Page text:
"Reach high, as high as we can."
Last note, in the long river of history, everyone,I think , is a supporting role. Whether we are significant to the humanity or not is left for others/post-generation to decide.
A few of my friends - three friends, to be exact - mentioned to me that I write a heck of a lot on here and they're impressed. I have convinced the ultra-smart Sami Baqai to start blogging, and he just got the holy-shit-this-is-hard-I'm-overwhelmed feeling. Ah, yes, I have been there Sami. Perhaps I can share some thoughts.
First and foremost, I am a huge devotee of the Equal-Odds Rule. As far as I know, I'm the only person talking about it outside of academia. This Amazon review covers it pretty well:
The equal-odds rule says that the average publication of any particular scientist does not have any statistically different chance of having more of an impact than any other scientist's average publication. In other words, those scientists who create publications with the most impact, also create publications with the least impact, and when great publications that make a huge impact are created, it is just a result of "trying" enough times. This is an indication that chance plays a larger role in scientific creativity than previously theorized.
So I read that, and I'm like - whoa. You know Neo in the Matrix? Whoa.
If you want to make excellent stuff, you need to make a lot of stuff.
I have this little analogy that i like to tell people who are interested in starting a business.
Think of your business as a restaurant. What you're telling me is that you want to take a piece of land at what you consider to be a good location, and build a restaurant.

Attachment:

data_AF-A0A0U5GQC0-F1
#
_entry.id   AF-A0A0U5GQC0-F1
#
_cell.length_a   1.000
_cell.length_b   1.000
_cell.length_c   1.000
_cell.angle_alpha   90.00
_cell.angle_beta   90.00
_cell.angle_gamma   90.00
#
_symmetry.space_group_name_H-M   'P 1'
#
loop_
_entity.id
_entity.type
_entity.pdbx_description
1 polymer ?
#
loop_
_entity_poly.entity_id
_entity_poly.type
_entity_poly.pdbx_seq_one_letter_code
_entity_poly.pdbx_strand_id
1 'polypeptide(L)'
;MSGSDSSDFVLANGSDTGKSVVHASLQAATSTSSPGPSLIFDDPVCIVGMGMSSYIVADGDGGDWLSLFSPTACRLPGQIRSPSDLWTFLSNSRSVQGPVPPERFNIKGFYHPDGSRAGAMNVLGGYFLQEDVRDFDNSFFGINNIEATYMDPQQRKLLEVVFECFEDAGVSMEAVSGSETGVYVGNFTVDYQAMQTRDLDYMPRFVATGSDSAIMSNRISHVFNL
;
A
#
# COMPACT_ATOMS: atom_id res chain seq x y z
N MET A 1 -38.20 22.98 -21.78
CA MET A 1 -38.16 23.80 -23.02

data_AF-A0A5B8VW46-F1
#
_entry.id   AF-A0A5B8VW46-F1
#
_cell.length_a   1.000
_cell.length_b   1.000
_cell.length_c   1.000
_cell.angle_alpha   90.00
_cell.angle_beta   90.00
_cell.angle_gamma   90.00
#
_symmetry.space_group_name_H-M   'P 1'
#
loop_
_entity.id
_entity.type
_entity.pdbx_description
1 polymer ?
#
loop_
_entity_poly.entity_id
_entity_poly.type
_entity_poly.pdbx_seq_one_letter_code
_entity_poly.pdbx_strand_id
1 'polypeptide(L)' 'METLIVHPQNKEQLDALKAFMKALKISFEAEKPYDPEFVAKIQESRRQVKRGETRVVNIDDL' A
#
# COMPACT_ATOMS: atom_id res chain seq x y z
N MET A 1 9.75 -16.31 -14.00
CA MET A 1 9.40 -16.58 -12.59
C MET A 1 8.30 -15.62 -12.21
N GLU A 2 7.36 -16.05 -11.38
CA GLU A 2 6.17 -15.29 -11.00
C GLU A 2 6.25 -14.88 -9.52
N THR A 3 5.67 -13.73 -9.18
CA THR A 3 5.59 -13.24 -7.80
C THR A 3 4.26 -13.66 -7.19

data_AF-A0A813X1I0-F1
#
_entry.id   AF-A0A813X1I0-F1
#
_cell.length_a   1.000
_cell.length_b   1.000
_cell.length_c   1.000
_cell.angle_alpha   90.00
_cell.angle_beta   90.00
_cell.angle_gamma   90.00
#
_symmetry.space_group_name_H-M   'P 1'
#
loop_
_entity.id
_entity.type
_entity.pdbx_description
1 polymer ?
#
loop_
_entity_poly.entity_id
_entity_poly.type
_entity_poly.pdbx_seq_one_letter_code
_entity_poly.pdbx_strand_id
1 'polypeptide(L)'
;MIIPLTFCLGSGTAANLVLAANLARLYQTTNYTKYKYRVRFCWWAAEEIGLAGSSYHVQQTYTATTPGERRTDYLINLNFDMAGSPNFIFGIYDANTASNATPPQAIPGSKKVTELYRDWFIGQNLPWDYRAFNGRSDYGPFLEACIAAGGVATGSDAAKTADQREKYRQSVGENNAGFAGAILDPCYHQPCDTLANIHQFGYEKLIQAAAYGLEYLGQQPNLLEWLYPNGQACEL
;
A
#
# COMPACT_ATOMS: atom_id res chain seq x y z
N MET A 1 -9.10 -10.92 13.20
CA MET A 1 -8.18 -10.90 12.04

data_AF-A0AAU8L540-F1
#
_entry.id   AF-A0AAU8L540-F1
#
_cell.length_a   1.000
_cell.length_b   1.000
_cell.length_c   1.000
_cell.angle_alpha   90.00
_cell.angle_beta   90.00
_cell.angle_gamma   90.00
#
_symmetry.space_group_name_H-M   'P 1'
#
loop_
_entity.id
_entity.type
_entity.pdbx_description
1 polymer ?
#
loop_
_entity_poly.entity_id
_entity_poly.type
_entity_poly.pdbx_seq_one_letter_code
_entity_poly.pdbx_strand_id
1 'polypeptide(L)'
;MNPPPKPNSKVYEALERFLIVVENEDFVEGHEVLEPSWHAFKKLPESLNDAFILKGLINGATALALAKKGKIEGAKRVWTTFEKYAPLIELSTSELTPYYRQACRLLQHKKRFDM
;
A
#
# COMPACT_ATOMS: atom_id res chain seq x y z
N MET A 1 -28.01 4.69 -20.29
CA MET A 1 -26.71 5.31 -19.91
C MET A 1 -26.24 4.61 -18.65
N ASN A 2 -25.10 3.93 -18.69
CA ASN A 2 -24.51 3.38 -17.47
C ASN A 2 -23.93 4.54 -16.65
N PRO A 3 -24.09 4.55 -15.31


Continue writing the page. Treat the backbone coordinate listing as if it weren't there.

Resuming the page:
I say, instead of building the restaurant, cook the food first, and let people eat it. And if they like the food, then build the restaurant.
What I mean in practical terms is, test the market before you do anything else. Especially with the internet, it's especially easy now to test the market. Here are some examples:
A client wants to buy a house to rent it out, but he's not sure if he'll be able to rent it. I say, put an ad up on CraigsList (or similar) as if you already have the house for rent, and see how many interested parties you get. Then use that to gauge whether or not to buy the house. You've spent just minutes of your time testing the market (see my related musings about the 80/20 rule below).
I have this little analogy that i like to tell people who are interested in starting a business. Think of your business as a restaurant. What you're telling me is that you want to take a piece of land at what you consider to be a good location, and build a restaurant. I say, instead of building the restaurant, cook the food first, and let people eat it. And if they like the food, then build the restaurant. What I mean in practical terms is, test the market before you do anything else. Especially with the internet, it's especially easy now to test the market. Here are some examples: A client wants to buy a house to rent it out, but he's not sure if he'll be able to rent it. I say, put an ad up on CraigsList (or similar) as if you already have the house for rent, and see how many interested parties you get. Then use that to gauge whether or not to buy the house. You've spent just minutes of your time testing the market (see my related musings about the 80/20 rule below). You want to build the next cool gizmo. I say, put a website up showing pictures of the gizmo and have an order form, then try marketing it to the people you think will want it, and try to get some pre-orders on the product. So test, test, test, and don't be afraid to tell everyone who will listen about your idea. Don't guard your idea because you're afraid that someone will copy it. You ar so much better off getting feedback from anyone who will listen, because guaranteed, it will be many times better than if you try to figure the market out by yourself. You might end up with 100% of the product/idea if you do it all yourself, but 100% of zero isn't much.